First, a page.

I think that's the only way the kids are going to come out on top of this. The other thing that occurs to me is that my son graduated from Montgomery High about six years ago, which obviously is Sweetwater, but we never had issues. Assuming that they don't have this problem, I wonder what they are doing differently. Or further, if the San Diego Unified School District should explore any successful models and adopt one. This one, obviously, isn't working very well.

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MrCali March 19, 2010 @ 10:04 a.m.

"Another example was a math course syllabus from the School of Creative and Performing Arts. Students were required to purchase notebook paper, a three-ring binder, and a $100 TI-84 graphing calculator." Really? Seriously? School can't expect families to pay for notebook paper or binders?

The law is the law, but this is going to have unintended consequences. Take Title 9 for example. Title 9 ensures equal spending for male and female sports at the high school and collegiate level. The unintended consequence of this was that rather than spend more on female sports, universities slashed spending on male sports down to match.

Schools do not have the money to finance all the various sports that the students and communities want so the real consequence of this will the elimination of most if not all extracurricular activities. The only survivors will be those sports that have enough community support to be self-sufficient. So rather than having to find $100.00 to play a school sport these families will be left with only one option for their children to be involved in sports; paying thousands of dollars to enroll them in club sports.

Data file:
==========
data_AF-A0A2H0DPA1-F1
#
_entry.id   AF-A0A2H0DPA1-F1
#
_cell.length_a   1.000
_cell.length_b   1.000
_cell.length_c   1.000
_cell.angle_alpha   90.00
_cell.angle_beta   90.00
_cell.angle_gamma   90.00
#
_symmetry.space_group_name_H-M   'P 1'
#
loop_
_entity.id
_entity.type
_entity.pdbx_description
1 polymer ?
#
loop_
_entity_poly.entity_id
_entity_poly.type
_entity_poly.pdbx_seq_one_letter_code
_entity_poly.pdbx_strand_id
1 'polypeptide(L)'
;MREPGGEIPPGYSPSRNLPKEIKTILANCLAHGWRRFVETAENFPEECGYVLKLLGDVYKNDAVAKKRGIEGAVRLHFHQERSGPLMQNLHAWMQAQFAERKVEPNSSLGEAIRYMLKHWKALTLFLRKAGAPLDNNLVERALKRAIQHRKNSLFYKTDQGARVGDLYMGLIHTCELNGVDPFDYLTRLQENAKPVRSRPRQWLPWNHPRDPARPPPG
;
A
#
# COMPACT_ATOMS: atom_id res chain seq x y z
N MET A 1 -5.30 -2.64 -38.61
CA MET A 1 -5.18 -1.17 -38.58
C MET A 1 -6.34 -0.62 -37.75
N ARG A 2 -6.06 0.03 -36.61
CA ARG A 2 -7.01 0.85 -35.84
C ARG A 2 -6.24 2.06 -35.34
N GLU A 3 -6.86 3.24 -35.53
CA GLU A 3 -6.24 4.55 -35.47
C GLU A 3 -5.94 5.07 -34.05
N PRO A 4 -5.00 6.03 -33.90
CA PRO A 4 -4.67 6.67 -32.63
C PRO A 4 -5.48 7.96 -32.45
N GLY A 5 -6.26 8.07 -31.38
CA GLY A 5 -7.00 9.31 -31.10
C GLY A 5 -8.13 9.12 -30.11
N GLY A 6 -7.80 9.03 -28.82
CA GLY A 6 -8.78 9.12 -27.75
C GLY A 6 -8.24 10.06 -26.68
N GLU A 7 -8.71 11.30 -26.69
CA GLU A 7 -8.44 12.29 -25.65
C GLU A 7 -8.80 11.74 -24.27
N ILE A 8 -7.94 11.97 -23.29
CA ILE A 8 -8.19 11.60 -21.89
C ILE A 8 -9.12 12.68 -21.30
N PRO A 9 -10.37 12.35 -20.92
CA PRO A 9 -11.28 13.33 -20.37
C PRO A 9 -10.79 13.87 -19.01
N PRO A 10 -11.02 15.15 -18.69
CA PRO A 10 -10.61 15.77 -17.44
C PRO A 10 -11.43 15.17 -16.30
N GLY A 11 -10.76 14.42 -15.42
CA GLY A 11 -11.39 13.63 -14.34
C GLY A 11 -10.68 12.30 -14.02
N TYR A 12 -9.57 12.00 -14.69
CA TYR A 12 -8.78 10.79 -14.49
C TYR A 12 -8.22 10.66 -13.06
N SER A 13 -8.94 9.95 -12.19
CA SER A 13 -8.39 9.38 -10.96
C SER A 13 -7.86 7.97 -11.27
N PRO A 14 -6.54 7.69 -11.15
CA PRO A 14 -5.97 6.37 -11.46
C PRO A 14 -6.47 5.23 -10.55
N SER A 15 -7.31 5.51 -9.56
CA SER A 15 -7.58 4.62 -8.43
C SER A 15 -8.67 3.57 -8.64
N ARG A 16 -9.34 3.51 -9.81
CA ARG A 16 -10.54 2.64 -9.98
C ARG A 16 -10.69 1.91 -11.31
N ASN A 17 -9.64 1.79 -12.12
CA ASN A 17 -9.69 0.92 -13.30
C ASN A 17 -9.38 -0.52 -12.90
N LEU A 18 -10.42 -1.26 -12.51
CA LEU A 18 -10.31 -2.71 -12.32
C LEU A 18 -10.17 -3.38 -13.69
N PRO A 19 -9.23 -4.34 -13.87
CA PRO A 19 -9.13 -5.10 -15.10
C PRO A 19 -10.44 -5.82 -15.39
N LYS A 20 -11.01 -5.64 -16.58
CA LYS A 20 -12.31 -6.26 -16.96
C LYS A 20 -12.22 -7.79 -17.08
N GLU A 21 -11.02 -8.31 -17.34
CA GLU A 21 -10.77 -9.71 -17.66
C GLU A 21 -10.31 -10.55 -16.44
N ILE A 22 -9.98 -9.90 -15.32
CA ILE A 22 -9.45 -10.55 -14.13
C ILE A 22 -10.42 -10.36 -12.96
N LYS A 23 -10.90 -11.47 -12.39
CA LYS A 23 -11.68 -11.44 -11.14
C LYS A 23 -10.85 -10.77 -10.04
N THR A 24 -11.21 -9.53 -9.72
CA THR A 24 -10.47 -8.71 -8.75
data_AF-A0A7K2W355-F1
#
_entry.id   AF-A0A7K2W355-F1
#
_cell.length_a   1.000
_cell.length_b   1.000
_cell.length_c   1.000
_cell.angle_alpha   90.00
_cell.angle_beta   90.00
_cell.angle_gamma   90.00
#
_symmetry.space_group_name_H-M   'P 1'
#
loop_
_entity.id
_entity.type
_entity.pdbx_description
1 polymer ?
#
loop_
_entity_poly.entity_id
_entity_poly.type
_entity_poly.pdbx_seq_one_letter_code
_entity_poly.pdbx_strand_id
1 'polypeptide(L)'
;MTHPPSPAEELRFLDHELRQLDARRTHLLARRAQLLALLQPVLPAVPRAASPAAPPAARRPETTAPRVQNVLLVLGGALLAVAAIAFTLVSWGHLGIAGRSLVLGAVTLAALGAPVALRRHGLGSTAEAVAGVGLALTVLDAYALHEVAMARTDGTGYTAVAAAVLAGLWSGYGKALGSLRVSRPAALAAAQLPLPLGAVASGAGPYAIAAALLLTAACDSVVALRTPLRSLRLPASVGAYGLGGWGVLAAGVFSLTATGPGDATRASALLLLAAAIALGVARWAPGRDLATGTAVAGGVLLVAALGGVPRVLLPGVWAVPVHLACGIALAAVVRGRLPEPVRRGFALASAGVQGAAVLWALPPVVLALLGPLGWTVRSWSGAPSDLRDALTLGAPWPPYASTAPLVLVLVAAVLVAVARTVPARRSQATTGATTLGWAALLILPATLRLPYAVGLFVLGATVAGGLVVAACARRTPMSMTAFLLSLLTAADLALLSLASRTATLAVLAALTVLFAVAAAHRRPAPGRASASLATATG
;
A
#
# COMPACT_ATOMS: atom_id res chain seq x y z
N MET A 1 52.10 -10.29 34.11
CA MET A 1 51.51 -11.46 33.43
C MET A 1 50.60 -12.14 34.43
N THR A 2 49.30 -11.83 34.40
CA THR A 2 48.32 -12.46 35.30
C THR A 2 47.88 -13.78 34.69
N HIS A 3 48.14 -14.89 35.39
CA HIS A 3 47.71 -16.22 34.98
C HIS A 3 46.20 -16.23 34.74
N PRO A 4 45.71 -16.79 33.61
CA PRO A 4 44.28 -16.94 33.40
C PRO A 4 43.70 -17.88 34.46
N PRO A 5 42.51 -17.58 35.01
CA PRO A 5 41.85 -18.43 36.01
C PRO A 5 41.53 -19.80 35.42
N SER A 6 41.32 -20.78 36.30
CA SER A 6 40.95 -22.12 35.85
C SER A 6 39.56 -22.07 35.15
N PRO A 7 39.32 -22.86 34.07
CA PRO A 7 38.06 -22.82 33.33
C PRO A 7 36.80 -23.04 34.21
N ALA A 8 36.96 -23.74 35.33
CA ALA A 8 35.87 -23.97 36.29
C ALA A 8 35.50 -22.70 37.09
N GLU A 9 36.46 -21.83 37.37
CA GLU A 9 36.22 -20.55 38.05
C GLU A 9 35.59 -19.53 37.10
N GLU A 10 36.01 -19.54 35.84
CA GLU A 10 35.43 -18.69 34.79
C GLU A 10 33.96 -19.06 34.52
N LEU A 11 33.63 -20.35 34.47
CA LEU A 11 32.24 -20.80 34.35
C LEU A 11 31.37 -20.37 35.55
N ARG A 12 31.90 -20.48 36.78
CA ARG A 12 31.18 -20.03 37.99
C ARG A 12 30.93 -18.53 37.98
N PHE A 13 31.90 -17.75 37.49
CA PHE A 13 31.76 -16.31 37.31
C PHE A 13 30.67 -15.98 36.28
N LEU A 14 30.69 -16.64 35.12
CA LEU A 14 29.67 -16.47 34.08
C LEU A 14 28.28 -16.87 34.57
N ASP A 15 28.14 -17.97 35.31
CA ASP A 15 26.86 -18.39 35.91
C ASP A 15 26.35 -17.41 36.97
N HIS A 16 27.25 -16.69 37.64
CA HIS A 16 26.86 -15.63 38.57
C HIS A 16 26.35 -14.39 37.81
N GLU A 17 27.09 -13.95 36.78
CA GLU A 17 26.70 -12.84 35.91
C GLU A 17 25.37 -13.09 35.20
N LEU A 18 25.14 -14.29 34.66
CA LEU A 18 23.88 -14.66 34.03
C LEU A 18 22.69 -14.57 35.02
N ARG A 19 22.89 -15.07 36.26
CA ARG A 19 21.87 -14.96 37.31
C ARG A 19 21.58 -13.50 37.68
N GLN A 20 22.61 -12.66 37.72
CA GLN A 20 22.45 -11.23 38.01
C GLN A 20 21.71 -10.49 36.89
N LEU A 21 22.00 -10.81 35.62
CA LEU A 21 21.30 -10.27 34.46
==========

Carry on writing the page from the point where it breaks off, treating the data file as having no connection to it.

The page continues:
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Twister March 19, 2010 @ 6:11 p.m.

Granted, this unconstitutional violation has been "honored" in the breach for so long that it is difficult to recognize the principle. But intellectual honesty requires going to the sources and working into cherry-picked examples from there, not the other way around.

The "practical" implications are serious to the business-as-usual syndrome of the well-enough-heeled, but those special pleadings do not counter the fact that the country has been slipping down the slippery slope into a kind of mass feudal elitism for some time. Strict Constitutional constructionists are thus hoisted upon their own petards. I hope Smith fully realizes the broadest and deepest implications of the can with which she is enticing the worms from the woodwork. The bottom-line is that inconsistencies are the termites in the framework of law.

Law, of course, is what we do these days when we want to make special pleas for privilege. The reality is that if a K-12 education is to be free in some sense, it must be free in every sense. The wealthy cannot be allowed to provide their precious little darlings advantages WITHIN the scope of the PUBLIC schools that other children are denied.